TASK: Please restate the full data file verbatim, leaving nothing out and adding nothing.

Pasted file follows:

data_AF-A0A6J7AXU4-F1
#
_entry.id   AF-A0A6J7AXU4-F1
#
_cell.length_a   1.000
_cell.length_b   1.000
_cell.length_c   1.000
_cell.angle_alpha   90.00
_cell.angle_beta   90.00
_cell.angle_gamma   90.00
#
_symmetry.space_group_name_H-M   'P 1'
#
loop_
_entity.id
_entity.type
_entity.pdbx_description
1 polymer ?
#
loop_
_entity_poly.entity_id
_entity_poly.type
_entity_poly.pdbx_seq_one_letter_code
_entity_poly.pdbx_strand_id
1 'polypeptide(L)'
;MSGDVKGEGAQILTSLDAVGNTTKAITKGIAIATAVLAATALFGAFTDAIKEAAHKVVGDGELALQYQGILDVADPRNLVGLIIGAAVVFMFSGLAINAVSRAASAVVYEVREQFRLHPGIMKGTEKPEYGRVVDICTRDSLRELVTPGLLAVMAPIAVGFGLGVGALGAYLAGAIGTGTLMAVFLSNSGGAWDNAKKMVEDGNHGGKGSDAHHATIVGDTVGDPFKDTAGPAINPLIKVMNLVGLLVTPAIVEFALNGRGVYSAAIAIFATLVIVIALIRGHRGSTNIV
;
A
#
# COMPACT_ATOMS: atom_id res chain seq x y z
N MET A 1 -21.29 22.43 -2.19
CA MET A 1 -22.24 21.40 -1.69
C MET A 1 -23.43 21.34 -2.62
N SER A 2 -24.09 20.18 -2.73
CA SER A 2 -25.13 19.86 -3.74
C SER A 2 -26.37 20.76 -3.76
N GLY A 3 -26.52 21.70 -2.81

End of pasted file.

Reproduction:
data_AF-A0A6J7AXU4-F1
#
_entry.id   AF-A0A6J7AXU4-F1
#
_cell.length_a   1.000
_cell.length_b   1.000
_cell.length_c   1.000
_cell.angle_alpha   90.00
_cell.angle_beta   90.00
_cell.angle_gamma   90.00
#
_symmetry.space_group_name_H-M   'P 1'
#
loop_
_entity.id
_entity.type
_entity.pdbx_description
1 polymer ?
#
loop_
_entity_poly.entity_id
_entity_poly.type
_entity_poly.pdbx_seq_one_letter_code
_entity_poly.pdbx_strand_id
1 'polypeptide(L)'
;MSGDVKGEGAQILTSLDAVGNTTKAITKGIAIATAVLAATALFGAFTDAIKEAAHKVVGDGELALQYQGILDVADPRNLVGLIIGAAVVFMFSGLAINAVSRAASAVVYEVREQFRLHPGIMKGTEKPEYGRVVDICTRDSLRELVTPGLLAVMAPIAVGFGLGVGALGAYLAGAIGTGTLMAVFLSNSGGAWDNAKKMVEDGNHGGKGSDAHHATIVGDTVGDPFKDTAGPAINPLIKVMNLVGLLVTPAIVEFALNGRGVYSAAIAIFATLVIVIALIRGHRGSTNIV
;
A
#
# COMPACT_ATOMS: atom_id res chain seq x y z
N MET A 1 -21.29 22.43 -2.19
CA MET A 1 -22.24 21.40 -1.69
C MET A 1 -23.43 21.34 -2.62
N SER A 2 -24.09 20.18 -2.73
CA SER A 2 -25.13 19.86 -3.74
C SER A 2 -26.37 20.76 -3.76
N GLY A 3 -26.52 21.70 -2.81